With only 41 per cent of countries regularly producing data on violence against women and only 13 per cent of countries having a dedicated gender statistics budget, the first-ever United Nations World Data Forum today explored ways to close these data gaps
With only 41 per cent of countries regularly producing data on violence against women and only 13 per cent of countries having a dedicated gender statistics budget, the first-ever United Nations World Data Forum today explored ways to close these data gaps.
“Gender statistics are critical for setting priorities, planning interventions and assessing their impacts,” Purna Sen, the Director of Policy Division at UN Women, told a panel discussion. “They can put a spotlight on inequality and women and girls who are left behind.”
The panel, titled 'Gender Data for Decision-making: Strengthening the Links,' was among the nearly 100 sessions and parallel events scheduled throughout the 15-18 January gathering in Cape Town, South African, of more than 1,400 data experts around the world.
Ms. Sen said that when the 2030 Agenda for Sustainable Development was adopted in September 2015, UN Women, formally known as the UN Entity for Gender Equality and the Empowerment of Women, faced “a hard truth:” difficulty monitoring the overwhelming majority of the gender-related targets.
Political will needed to prioritize gender statistics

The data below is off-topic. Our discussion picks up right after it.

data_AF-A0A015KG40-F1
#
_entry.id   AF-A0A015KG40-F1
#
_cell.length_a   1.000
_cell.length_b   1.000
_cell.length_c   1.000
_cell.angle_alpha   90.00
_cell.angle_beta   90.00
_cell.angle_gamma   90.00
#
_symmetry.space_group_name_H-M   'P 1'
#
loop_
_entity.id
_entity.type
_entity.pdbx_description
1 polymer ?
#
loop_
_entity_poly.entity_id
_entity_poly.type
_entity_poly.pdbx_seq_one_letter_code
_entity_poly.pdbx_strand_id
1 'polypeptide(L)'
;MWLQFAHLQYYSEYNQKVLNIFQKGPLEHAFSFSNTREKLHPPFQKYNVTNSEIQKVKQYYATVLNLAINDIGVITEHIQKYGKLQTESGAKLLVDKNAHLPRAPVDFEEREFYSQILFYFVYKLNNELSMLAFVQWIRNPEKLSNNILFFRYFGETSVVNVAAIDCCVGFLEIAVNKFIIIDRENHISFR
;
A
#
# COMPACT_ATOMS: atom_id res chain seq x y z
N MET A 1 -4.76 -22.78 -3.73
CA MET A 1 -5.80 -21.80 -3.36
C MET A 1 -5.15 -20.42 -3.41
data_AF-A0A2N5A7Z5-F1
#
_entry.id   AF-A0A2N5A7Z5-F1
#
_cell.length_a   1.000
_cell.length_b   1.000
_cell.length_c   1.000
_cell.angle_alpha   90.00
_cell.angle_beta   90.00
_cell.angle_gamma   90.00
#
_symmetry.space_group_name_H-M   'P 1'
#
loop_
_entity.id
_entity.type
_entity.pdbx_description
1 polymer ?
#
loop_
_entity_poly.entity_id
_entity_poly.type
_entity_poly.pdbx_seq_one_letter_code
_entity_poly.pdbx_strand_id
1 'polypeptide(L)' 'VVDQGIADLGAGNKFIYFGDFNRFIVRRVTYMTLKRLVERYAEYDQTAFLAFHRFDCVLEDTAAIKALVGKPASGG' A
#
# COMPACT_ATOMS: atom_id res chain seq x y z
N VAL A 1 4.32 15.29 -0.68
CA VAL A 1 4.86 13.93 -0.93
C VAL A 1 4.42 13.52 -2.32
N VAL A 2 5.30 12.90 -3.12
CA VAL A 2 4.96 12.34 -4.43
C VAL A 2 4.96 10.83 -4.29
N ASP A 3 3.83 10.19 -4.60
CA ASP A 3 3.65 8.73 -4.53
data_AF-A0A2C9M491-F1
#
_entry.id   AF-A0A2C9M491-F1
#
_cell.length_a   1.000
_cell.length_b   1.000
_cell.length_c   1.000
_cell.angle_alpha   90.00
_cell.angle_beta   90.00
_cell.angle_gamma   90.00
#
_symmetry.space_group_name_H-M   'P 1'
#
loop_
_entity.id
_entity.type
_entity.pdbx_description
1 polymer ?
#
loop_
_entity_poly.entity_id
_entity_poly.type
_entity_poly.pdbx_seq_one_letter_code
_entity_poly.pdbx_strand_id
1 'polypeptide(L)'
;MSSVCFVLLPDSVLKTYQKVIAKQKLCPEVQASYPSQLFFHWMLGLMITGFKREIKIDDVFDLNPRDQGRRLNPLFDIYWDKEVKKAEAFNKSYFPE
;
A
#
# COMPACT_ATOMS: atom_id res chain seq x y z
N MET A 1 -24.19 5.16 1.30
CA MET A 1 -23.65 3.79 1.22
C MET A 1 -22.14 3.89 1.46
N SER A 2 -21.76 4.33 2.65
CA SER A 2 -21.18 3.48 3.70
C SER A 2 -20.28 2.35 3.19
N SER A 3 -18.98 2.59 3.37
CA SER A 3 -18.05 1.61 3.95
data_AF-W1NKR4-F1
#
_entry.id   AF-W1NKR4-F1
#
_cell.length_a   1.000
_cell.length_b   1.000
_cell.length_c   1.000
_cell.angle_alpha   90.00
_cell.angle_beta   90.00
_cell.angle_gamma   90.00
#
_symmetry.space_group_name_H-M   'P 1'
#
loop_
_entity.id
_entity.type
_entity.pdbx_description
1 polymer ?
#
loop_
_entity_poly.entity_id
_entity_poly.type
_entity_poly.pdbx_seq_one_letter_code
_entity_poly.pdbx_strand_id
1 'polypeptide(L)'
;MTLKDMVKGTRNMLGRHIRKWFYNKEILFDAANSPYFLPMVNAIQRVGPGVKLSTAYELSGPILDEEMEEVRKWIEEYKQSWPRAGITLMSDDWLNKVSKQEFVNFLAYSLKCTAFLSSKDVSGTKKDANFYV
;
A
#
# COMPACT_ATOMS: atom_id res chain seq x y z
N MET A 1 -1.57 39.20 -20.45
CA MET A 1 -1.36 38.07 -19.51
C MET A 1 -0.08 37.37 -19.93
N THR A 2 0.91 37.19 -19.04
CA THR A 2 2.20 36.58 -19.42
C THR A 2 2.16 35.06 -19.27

Noting that the global statistical community has made substantial progress in recent years in the area of gender statistics, including strong normative and technical advances, better coordination, more and better technical resources and innovative programmes, she said that lots of challenges remain.
Gender statistics are often not prioritized because of a number of factors linked to the lack of political will, particularly in politically charged areas such as violence against women that, frankly speaking, can make a government look bad, she added.
Ms. Sen also pointed out that gender specialists often do not understand statistics and statisticians do not always understand gender.
Based on the latest data from OECD-DAC, only two per cent of funds for statistical capacity building are dedicated to projects whose principal objectives are to strengthen gender statistics, she said.
“Data are simply not useful if they are not used”
At a high-level event during the 71st session of the UN General Assembly last fall, UN Women launched a flagship initiative on gender statistics, “Making Every Woman and Girl Count,” which aims to effect a radical shift in the availability, accessibility and use of quality data and statistics on key aspects of gender equality and women's empowerment.
The initiative support efforts to conduct an assessment of gender statistics and identify gender data gaps, mainstream gender in national strategies for producing statistics, and developing national plans to localize gender-related Sustainable Development Goals (SDGs) targets and indicators.
The initiative also aims to ensure that data are accessible to all users, including governments, civil society, academia and the private sector, and can be analyzed to inform research, advocacy, policies and programmes and promote accountability.
“Data are simply not useful if they are not used,” she said, explaining that this is the area where capacities are extremely weak and a lot of work and efforts are needed by all stakeholders.
Emily Courey-Pryor, Executive Director of Data2X, who moderated the discussion, said that “we will only be able to truly promote gender equality, alleviate poverty, and advance development progress if we improve gender data.”